AFH/Assessment of Fair Housing - This is a term you will hear less often, and is not to be confused with AFFH. The AFH process was created by the U.S. Department of Housing and Urban Development in 2015 to improve enforcement and implementation of the Fair Housing Act of 1968. In response, the California legislature passed AB 686, which requires Housing Elements to include an AFH. The AFH must identify patterns and develop solutions to enforcement of Fair Housing laws, segregation, racially or ethnically concentrated areas of poverty, disparities in access to opportunity, and disproportionate housing needs.


AMI/Area Median Income - This is the median, or middle point, of the incomes of every household in a given area. This means that half of the households in the area earn above the AMI and half of the households earn below it. In Santa Clara County, the AMI is $151,300. In the U.S., it is $79,900.


BMR/BMP/Below Market Price or Below Market Rate Housing - A BMR or BMP home or rental is a unit that is priced to be affordable to households that are low to moderate income. The price is usually lower than similar units being sold on the open market. Many cities and towns have their own BMR or BMP program to make it possible for households with lower incomes to live within their jurisdiction.


HCD/The California Department of Housing and Community Development - This department within the California Business, Consumer Services, and Housing Agency “helps to provide stable, safe homes affordable to veterans, seniors, young families, farm workers, people with disabilities, and individuals and families experiencing homelessness” (reference). HCD is responsible for reviewing and approving all Housing Elements in the state.


HE/Housing Element - While not a formal acronym, you will sometimes see Housing Element abbreviated as “HE.”


HUD/U.S. Department of Housing and Urban Development - HUD is one of the executive departments of the U.S. federal government. This department administers federal housing and urban development laws. HUD is sometimes confused with HCD. You can essentially think of HUD as the federal version of HCD.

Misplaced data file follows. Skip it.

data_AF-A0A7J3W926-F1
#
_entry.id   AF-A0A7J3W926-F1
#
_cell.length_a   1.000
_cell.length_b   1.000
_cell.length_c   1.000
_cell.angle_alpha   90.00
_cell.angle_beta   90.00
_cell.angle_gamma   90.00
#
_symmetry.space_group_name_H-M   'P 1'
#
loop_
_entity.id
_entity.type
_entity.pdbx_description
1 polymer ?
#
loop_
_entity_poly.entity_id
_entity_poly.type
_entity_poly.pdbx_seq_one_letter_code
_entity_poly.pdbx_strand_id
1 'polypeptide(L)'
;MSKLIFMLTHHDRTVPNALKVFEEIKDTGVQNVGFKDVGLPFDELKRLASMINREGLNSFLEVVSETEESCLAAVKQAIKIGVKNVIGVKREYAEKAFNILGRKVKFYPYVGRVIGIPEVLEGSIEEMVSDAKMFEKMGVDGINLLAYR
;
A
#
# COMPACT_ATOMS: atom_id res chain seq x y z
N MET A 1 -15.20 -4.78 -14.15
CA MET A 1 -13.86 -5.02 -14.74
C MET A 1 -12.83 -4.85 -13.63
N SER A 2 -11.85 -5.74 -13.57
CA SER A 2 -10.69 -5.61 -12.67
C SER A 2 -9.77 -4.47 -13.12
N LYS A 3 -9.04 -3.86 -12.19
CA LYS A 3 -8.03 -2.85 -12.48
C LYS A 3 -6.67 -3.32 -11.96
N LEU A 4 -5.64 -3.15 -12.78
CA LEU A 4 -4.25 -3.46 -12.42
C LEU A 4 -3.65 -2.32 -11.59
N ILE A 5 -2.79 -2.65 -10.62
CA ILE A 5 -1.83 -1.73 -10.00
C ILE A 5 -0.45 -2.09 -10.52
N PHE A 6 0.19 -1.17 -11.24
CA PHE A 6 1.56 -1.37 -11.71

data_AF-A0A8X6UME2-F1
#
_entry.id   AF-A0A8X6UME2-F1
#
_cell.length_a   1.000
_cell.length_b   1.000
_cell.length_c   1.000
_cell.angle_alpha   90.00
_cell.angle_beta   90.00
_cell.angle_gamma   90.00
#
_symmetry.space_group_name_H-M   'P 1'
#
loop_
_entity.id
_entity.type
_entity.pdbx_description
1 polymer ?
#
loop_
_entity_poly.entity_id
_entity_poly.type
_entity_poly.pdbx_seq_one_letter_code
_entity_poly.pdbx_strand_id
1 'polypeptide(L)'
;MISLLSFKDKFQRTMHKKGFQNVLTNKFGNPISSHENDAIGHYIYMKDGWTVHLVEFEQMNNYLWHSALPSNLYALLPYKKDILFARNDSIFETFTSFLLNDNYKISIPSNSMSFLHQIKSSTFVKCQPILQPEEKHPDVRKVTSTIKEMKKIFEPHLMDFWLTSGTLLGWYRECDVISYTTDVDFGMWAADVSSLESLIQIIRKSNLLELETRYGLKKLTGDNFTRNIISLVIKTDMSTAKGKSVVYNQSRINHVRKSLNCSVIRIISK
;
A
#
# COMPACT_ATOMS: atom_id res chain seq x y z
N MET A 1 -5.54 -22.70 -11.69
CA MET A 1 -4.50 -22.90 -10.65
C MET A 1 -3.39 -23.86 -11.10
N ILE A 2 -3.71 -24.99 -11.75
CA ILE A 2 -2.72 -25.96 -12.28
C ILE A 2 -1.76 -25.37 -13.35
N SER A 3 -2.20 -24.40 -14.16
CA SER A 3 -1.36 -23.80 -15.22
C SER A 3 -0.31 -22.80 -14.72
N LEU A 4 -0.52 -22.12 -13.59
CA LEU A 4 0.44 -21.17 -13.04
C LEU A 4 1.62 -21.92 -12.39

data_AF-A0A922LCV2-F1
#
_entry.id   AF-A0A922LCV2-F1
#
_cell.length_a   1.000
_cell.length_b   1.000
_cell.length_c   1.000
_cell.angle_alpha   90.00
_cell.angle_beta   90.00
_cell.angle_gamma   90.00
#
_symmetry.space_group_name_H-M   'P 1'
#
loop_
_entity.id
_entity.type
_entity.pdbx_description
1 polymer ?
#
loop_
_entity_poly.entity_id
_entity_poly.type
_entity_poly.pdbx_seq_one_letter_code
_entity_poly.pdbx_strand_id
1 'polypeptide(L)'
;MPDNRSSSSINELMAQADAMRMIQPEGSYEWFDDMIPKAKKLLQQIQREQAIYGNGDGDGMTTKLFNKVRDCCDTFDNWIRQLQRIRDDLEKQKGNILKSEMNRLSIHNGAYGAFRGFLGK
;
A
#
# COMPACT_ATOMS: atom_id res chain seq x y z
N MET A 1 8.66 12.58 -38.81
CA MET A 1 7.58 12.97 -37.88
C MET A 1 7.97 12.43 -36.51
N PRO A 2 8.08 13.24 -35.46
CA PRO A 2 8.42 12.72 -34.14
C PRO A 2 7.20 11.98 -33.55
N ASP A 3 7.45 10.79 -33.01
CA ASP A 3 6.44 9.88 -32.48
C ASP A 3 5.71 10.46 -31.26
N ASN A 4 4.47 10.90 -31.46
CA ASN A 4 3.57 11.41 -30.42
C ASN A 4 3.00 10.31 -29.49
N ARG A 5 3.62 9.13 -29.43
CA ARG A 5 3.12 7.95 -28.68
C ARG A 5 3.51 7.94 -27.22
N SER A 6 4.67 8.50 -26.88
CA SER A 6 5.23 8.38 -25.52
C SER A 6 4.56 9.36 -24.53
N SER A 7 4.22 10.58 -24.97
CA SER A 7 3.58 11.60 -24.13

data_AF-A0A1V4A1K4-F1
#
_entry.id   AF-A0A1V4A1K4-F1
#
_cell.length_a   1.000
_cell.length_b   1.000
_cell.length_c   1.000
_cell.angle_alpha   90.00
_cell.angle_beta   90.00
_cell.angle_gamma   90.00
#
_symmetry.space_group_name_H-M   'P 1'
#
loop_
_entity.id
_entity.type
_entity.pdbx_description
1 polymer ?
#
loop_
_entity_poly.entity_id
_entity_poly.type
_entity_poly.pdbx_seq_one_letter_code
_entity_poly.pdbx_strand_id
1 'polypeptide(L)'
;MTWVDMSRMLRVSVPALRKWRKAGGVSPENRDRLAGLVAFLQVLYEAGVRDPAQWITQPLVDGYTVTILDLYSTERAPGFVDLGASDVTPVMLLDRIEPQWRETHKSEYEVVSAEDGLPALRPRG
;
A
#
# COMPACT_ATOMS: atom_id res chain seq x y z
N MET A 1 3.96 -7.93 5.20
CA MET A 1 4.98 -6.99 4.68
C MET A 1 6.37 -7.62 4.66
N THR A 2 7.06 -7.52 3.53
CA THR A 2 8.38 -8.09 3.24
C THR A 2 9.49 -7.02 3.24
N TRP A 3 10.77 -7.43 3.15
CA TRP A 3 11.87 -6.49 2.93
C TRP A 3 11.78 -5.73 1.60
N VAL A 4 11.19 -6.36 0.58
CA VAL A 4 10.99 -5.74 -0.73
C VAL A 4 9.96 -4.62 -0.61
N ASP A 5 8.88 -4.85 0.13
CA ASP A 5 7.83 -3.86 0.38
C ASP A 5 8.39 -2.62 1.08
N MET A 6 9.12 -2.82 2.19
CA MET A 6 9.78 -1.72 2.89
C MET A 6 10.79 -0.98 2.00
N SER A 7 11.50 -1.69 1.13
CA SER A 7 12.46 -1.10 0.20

RHNA (pronounced ree-nuh)/ Regional Housing Needs Allocation - In 1969, the state mandated that all California jurisdictions must plan for the housing needs of residents at all income levels. HCD determines the number of homes a region needs to build, and how affordable these units need to be, in order to meet these needs. The department then allocates these unit development requirements to each region, and each Housing Element must plan for these units.


SB 9/Senate Bill 9 - This is perhaps the most well-known bill to pass in California in the last legislative cycle. SB9, also known as the California Housing Opportunity and More Efficiency (HOME) Act, is a state bill that streamlines the process for a homeowner or property owner to create a duplex, or subdivide an existing lot. SB9 allows homeowners in most areas to divide their property into two lots, increasing opportunities for homeownership in their neighborhood. Additionally, the bill allows two homes to be built on each of these lots. The bill allows any property owner to build an Accessory Dwelling Unit (ADU) through a “ministerial” process, meaning that if the project meets a certain set of predetermined requirements, the owner is issued a permit without going through a body such as the Planning Commission.


SB 10/Senate Bill 10 - This bill makes it easier for cities to zone for smaller, lower-cost housing developments of up to 10 units to address California’s housing crisis. However, unlike SB 9, this is an opt-in bill. This means that jurisdictions are not required to adhere to these guidelines, but instead may adopt them if they choose to do so.